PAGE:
: Corporate Giant Can Proceed on Bribery and Racketeering Claims Against Carriers:

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    Corporate Giant Can Proceed on Bribery and Racketeering Claims Against Carriers

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    Corporate Giant Can Proceed on Bribery and Racketeering Claims Against Carriers

    By org jforward wisbar Joe Forward, Legal Writer, State Bar of Wisconsin

    Corporate Giant Can Proceed on Bribery and 
Racketeering Claims Against Carriers Oct. 9, 2012 – Corporate giant S.C. Johnson & Sons, which claimed various trucking companies engaged in kickback and bribery schemes to the detriment of S.C. Johnson, recently survived the defendants’ argument that federal law preempts the state law claims.

    Milton Morris was S.C. Johnson’s transportation department director for almost 16 years. He selected carriers to transport goods and negotiated transportation contracts.

    In 2004, the company discovered that Morris was taking bribes from carriers – including cash, goods, travel, and even prostitutes – and giving favorable treatment on jobs and contracts.

    Milton siphoned nearly $1.2 million into his personal accounts, and S.C. Johnson claimed it paid more for transportation services because of the unlawful scheme. It alleged that the defendants broke state laws on bribery, fraud, conspiracy, and racketeering, among others.

    Morris was convicted on criminal charges, and S.C. Johnson obtained a $203.8 million state court judgment against several carriers involved. However, S.C. Johnson subsequently filed claims in federal court after discovering other suspected carriers involved.

    Unlike the state court in S.C. Johnson’s state court case, the U.S. District Court for the Eastern District of Wisconsin ruled that the Federal Aviation Administration Authorization Act (FAAAA) of 1994 preempted the state law claims against the other carriers. It dismissed the case.

    Under that federal law, states “may not enact or enforce a law, regulation, or other provision having the force and effect of law related to a price, route or service of any motor carrier … with respect to the transportation of property.” 49 U.S.C. § 14501(c)(1).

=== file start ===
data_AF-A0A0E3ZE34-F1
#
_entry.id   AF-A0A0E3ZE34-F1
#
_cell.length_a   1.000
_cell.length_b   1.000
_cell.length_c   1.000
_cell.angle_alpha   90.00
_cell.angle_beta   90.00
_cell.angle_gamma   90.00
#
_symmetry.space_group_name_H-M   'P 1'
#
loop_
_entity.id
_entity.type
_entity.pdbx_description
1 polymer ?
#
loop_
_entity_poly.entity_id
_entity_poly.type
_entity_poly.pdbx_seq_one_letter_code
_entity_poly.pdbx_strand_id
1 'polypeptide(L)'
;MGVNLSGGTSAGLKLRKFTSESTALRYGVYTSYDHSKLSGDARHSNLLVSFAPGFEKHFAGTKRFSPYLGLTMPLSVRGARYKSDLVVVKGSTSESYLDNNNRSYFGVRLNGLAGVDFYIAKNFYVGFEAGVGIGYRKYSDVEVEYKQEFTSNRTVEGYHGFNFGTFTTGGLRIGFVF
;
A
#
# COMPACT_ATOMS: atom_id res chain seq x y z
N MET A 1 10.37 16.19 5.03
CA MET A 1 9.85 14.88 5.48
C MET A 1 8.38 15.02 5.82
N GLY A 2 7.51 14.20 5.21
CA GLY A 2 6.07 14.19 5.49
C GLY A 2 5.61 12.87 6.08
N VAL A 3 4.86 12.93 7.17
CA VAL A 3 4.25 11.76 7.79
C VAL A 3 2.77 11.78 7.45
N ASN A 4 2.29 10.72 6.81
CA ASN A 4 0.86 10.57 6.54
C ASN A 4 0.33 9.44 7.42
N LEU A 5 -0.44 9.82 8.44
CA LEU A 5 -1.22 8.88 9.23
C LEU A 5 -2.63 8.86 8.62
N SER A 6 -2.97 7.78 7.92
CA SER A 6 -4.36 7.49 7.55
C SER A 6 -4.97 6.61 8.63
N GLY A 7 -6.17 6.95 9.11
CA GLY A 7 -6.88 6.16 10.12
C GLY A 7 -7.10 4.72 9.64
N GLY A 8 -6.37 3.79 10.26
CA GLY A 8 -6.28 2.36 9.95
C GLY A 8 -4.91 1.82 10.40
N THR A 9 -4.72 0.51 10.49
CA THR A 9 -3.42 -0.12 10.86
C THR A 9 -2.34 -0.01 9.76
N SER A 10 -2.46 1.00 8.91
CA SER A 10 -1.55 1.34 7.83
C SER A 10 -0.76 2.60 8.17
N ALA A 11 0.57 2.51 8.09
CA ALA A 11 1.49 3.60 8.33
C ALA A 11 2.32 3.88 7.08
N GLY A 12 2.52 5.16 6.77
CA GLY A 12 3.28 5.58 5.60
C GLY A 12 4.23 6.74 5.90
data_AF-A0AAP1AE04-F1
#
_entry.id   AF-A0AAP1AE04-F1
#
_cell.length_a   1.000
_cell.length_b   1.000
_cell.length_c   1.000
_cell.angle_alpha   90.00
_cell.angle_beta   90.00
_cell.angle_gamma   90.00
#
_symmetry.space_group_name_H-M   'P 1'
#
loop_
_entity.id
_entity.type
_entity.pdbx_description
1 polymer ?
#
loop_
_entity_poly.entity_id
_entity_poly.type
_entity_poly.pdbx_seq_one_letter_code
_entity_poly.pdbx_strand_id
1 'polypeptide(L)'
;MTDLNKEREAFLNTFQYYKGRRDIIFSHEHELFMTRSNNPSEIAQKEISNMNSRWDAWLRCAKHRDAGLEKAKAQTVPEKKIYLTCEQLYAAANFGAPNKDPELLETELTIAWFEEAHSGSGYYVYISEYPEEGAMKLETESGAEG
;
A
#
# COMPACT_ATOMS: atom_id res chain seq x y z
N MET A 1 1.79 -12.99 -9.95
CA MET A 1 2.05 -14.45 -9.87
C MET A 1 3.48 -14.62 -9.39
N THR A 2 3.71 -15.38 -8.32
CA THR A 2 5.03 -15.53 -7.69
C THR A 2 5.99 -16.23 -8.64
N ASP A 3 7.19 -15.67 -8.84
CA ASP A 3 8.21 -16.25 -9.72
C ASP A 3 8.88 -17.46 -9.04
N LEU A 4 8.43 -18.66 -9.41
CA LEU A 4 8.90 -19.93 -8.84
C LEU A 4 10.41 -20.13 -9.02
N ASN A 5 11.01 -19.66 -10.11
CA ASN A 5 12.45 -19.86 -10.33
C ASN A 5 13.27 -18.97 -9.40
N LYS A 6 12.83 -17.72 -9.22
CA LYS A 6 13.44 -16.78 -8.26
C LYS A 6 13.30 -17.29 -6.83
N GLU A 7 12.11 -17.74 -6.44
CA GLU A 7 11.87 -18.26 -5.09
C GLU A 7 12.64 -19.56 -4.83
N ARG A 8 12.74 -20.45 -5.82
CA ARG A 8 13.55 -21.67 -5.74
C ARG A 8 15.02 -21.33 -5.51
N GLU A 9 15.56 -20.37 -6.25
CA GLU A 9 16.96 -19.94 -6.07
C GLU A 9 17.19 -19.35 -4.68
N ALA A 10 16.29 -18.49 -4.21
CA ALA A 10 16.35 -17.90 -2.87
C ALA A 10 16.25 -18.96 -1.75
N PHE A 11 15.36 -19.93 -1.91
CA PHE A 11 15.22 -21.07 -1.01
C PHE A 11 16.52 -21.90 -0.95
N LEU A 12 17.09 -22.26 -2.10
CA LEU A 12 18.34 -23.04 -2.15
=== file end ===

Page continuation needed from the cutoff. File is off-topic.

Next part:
The federal district court said the state laws on which S.C. Johnson relied could not be enforced because the claims related to price, route, or service of a motor carrier.

    However, in S.C. Johnson & Son, Inc. v. Transport Corporation of America Inc., et al., No 11-3577 (Sept. 21, 2012), the U.S. Court of Appeals for the Seventh Circuit reversed.

    “In our view, the enforcement of anti-bribery (and more generally anti-corruption) laws is too tenuously related to the regulation of the rates, routes, and services in the trucking industry to fall within the FAAAA’s preemption rule,” wrote Judge Diane Wood for a three-judge panel.

    “Although the racketeering claim presents a closer case, we conclude that it too may go forward,” Judge Wood wrote. “To the extent the racketeering charge relies on a bribery theory, what we already have said about bribery is enough to show why any relation to rates, routes, or services is tangential enough to survive preemption.”

    While the appeals court panel revived S.C. Johnson’s bribery and racketeering clams, the panel agreed with the lower district court that claims asserting fraudulent misrepresentation by omission and conspiracy to commit fraud were preempted by federal law.